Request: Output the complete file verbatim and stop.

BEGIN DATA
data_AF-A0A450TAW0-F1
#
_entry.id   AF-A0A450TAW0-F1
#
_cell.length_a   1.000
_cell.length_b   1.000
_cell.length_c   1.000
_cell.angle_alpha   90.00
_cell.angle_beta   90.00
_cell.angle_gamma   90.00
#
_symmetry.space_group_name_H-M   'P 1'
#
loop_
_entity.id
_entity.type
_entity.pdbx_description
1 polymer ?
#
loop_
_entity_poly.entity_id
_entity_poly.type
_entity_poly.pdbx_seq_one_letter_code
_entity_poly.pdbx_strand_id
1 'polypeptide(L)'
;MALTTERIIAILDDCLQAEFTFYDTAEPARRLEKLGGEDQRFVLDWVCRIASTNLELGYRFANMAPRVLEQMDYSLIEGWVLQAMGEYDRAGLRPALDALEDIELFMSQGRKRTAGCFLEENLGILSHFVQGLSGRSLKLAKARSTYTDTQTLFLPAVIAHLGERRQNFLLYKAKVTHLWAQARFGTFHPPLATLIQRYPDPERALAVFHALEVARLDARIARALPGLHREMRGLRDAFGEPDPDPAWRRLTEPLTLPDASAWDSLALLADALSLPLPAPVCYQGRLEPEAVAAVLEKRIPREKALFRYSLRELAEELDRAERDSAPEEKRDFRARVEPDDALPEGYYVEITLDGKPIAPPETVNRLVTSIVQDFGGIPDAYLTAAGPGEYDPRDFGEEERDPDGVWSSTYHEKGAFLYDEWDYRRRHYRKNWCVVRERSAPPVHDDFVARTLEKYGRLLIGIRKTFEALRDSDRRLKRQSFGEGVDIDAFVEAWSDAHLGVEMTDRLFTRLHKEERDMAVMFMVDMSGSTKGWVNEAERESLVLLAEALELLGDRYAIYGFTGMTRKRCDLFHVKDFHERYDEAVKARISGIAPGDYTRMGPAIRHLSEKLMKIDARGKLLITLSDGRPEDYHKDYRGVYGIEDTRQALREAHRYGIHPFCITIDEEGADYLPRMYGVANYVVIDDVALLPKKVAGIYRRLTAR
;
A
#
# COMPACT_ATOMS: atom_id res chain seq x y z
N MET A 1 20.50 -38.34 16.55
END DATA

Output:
data_AF-A0A450TAW0-F1
#
_entry.id   AF-A0A450TAW0-F1
#
_cell.length_a   1.000
_cell.length_b   1.000
_cell.length_c   1.000
_cell.angle_alpha   90.00
_cell.angle_beta   90.00
_cell.angle_gamma   90.00
#
_symmetry.space_group_name_H-M   'P 1'
#
loop_
_entity.id
_entity.type
_entity.pdbx_description
1 polymer ?
#
loop_
_entity_poly.entity_id
_entity_poly.type
_entity_poly.pdbx_seq_one_letter_code
_entity_poly.pdbx_strand_id
1 'polypeptide(L)'
;MALTTERIIAILDDCLQAEFTFYDTAEPARRLEKLGGEDQRFVLDWVCRIASTNLELGYRFANMAPRVLEQMDYSLIEGWVLQAMGEYDRAGLRPALDALEDIELFMSQGRKRTAGCFLEENLGILSHFVQGLSGRSLKLAKARSTYTDTQTLFLPAVIAHLGERRQNFLLYKAKVTHLWAQARFGTFHPPLATLIQRYPDPERALAVFHALEVARLDARIARALPGLHREMRGLRDAFGEPDPDPAWRRLTEPLTLPDASAWDSLALLADALSLPLPAPVCYQGRLEPEAVAAVLEKRIPREKALFRYSLRELAEELDRAERDSAPEEKRDFRARVEPDDALPEGYYVEITLDGKPIAPPETVNRLVTSIVQDFGGIPDAYLTAAGPGEYDPRDFGEEERDPDGVWSSTYHEKGAFLYDEWDYRRRHYRKNWCVVRERSAPPVHDDFVARTLEKYGRLLIGIRKTFEALRDSDRRLKRQSFGEGVDIDAFVEAWSDAHLGVEMTDRLFTRLHKEERDMAVMFMVDMSGSTKGWVNEAERESLVLLAEALELLGDRYAIYGFTGMTRKRCDLFHVKDFHERYDEAVKARISGIAPGDYTRMGPAIRHLSEKLMKIDARGKLLITLSDGRPEDYHKDYRGVYGIEDTRQALREAHRYGIHPFCITIDEEGADYLPRMYGVANYVVIDDVALLPKKVAGIYRRLTAR
;
A
#
# COMPACT_ATOMS: atom_id res chain seq x y z
N MET A 1 20.50 -38.34 16.55